I met Roman Polanski in 1977, when I was 13 years old. I was in ninth grade that year, when he told my mother that he wanted to shoot pictures of me for a French magazine. That's what he said, but instead, after shooting pictures of me at Jack Nicholson's house on Mulholland Drive, he did something quite different. He gave me champagne and a piece of a Quaalude. And then he took advantage of me.
It was not consensual sex by any means. I said no, repeatedly, but he wouldn't take no for an answer. I was alone and I didn't know what to do. It was scary and, looking back, very creepy. Those may sound like kindergarten words, but that's the way it feels to me. It was a very long time ago, and it is hard to remember exactly the way everything happened. But I've had to repeat the story so many times, I know it by heart.
We pressed charges, and he pleaded guilty. A plea bargain was agreed to by his lawyer, my lawyer and the district attorney, and it was approved by the judge. But to our amazement, at the last minute the judge went back on his word and refused to honor the deal.
Worried that he was going to have to spend 50 years in prison -- rather than just time already served -- Mr. Polanski fled the country. He's never been back, and I haven't seen him or spoken to him since.
Looking back, there can be no question that he did something awful. It was a terrible thing to do to a young girl. But it was also 25 years ago -- 26 years next month. And, honestly, the publicity surrounding it was so traumatic that what he did to me seemed to pale in comparison.
Now that he's been nominated for an Academy Award, it's all being reopened. I'm being asked: Should he be given the award? Should he be rewarded for his behavior? Should he be allowed back into the United States after fleeing 25 years ago?
Here's the way I feel about it: I don't really have any hard feelings toward him, or any sympathy, either. He is a stranger to me.
But I believe that Mr. Polanski and his film should be honored according to the quality of the work. What he does for a living and how good he is at it have nothing to do with me or what he did to me. I don't think it would be fair to take past events into consideration. I think that the academy members should vote for the movies they feel deserve it. Not for people they feel are popular.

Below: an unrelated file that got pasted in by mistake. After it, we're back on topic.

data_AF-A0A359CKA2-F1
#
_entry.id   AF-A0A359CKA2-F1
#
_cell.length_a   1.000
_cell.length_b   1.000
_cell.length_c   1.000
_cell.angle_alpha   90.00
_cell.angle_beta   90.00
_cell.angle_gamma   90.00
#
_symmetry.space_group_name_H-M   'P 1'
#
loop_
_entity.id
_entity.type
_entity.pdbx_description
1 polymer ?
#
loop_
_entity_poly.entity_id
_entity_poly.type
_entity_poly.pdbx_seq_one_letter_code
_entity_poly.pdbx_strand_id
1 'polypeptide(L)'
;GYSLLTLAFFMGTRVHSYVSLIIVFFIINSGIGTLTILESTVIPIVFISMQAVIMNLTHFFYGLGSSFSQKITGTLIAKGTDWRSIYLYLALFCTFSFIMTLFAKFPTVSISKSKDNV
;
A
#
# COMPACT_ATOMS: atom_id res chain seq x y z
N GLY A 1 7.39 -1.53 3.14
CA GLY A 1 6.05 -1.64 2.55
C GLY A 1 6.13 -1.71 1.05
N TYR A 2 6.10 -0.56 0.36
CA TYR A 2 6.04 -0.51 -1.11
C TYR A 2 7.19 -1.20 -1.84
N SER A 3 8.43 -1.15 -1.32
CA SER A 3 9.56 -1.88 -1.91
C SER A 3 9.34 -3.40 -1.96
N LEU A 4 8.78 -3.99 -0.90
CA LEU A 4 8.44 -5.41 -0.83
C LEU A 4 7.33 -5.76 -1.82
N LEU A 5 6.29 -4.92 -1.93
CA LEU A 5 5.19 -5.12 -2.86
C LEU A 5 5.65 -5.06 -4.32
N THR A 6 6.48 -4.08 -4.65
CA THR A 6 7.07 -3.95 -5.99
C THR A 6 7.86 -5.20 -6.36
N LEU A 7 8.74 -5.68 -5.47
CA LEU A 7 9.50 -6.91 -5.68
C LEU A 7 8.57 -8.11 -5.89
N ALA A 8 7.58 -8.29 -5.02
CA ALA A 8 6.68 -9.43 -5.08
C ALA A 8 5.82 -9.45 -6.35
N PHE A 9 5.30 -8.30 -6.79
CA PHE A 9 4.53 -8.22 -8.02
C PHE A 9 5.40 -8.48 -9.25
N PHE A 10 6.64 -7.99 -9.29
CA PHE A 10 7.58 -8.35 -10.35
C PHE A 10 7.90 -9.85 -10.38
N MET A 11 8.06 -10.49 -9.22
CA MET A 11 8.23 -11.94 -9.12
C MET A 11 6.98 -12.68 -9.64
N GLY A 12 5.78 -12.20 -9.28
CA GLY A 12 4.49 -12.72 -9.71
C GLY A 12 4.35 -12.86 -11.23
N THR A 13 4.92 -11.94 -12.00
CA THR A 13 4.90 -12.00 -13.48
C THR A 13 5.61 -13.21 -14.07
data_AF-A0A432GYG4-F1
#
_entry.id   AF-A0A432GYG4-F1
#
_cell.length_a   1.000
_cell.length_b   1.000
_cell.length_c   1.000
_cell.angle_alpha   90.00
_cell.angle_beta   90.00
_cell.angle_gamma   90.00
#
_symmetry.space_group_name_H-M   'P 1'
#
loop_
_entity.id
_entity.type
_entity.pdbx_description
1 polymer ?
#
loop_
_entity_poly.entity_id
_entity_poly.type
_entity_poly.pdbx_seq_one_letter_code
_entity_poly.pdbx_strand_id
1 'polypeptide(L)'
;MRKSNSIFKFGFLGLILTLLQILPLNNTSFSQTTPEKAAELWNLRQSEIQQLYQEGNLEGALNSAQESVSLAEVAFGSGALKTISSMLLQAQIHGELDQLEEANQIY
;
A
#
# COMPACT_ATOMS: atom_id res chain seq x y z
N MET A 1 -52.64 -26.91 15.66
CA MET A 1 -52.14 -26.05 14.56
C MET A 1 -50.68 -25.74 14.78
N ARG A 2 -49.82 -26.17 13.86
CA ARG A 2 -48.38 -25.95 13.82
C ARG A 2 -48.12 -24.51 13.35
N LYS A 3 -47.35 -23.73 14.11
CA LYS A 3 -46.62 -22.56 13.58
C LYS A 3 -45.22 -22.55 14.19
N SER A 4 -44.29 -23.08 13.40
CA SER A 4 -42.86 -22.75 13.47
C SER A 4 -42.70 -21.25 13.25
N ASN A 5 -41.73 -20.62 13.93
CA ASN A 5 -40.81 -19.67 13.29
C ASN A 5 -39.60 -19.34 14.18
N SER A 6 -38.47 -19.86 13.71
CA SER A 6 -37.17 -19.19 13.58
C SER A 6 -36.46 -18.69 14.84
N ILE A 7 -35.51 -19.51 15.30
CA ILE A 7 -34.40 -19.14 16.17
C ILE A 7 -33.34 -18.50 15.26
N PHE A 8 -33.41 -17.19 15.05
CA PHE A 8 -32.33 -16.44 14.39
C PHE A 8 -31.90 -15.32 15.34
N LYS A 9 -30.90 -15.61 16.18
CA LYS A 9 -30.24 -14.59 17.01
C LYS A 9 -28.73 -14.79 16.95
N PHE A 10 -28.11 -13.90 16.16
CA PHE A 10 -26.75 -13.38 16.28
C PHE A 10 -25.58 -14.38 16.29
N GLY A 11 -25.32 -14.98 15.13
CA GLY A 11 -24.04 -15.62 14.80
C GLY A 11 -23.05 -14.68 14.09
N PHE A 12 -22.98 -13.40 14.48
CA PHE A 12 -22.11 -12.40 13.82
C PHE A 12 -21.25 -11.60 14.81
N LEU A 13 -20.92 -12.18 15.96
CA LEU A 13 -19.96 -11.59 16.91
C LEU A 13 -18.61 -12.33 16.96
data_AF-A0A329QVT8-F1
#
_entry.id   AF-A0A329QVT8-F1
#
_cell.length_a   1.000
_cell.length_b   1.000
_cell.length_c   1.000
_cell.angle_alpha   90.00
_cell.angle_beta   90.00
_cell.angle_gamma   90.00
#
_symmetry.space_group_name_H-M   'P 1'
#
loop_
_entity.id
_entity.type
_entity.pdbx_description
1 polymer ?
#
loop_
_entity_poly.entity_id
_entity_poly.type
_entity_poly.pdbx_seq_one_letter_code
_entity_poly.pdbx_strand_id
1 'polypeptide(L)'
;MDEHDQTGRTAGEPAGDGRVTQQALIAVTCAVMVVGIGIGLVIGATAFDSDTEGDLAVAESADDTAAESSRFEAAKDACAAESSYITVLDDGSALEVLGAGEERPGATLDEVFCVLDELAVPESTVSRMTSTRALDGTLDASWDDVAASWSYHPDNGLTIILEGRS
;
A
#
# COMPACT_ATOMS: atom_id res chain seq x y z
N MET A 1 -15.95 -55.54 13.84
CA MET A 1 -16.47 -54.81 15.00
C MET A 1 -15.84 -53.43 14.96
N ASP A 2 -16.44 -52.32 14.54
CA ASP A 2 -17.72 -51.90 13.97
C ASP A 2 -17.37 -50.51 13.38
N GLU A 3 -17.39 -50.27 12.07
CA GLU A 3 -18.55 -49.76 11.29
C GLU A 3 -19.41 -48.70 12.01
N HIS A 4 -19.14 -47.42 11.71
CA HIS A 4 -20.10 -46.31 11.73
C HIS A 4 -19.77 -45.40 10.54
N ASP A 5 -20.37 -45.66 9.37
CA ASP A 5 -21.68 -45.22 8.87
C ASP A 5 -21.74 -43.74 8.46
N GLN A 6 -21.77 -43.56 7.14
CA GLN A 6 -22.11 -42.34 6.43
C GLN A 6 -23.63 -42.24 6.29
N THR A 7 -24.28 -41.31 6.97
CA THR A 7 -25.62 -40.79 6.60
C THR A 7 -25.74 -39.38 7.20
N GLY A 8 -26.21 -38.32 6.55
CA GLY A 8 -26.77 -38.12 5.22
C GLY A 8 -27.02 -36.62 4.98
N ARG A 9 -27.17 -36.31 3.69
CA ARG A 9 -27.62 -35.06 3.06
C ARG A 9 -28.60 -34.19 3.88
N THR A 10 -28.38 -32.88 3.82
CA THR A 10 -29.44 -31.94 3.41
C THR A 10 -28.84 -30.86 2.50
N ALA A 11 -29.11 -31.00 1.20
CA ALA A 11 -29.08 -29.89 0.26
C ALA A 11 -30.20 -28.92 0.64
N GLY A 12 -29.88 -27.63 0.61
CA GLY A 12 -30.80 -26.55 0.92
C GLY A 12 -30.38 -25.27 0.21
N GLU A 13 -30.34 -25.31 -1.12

And should he come back? I have to imagine he would rather not be a fugitive and be able to travel freely. Personally, I would like to see that happen. He never should have been put in the position that led him to flee. He should have received a sentence of time served 25 years ago, just as we all agreed. At that time, my lawyer, Lawrence Silver, wrote to the judge that the plea agreement should be accepted and that that guilty plea would be sufficient contrition to satisfy us. I have not changed my mind.
I know there is a price to pay for running. But who wouldn't think about running when facing a 50-year sentence from a judge who was clearly more interested in his own reputation than a fair judgment or even the well-being of the victim?
If he could resolve his problems, I'd be happy. I hope that would mean I'd never have to talk about this again. Sometimes I feel like we both got a life sentence.
My attitude surprises many people. That's because they didn't go through it all; they don't know everything that I know. People don't understand that the judge went back on his word. They don't know how unfairly we were all treated by the press. Talk about feeling violated! The media made that year a living hell, and I've been trying to put it behind me ever since.
Today, I am very happy with my life. I have three sons and a husband. I live in a beautiful place and I enjoy my work. What more could I ask for? No one needs to worry about me.
The one thing that bothers me is that what happened to me in 1977 continues to happen to girls every day, yet people are interested in me because Mr. Polanski is a celebrity. That just never seems right to me. It makes me feel guilty that this attention is directed at me, when there are certainly others out there who could really use it.
Editor's note: The Times' usual practice is not to name victims of sexual crimes. Samantha Geimer's name is used here with her consent.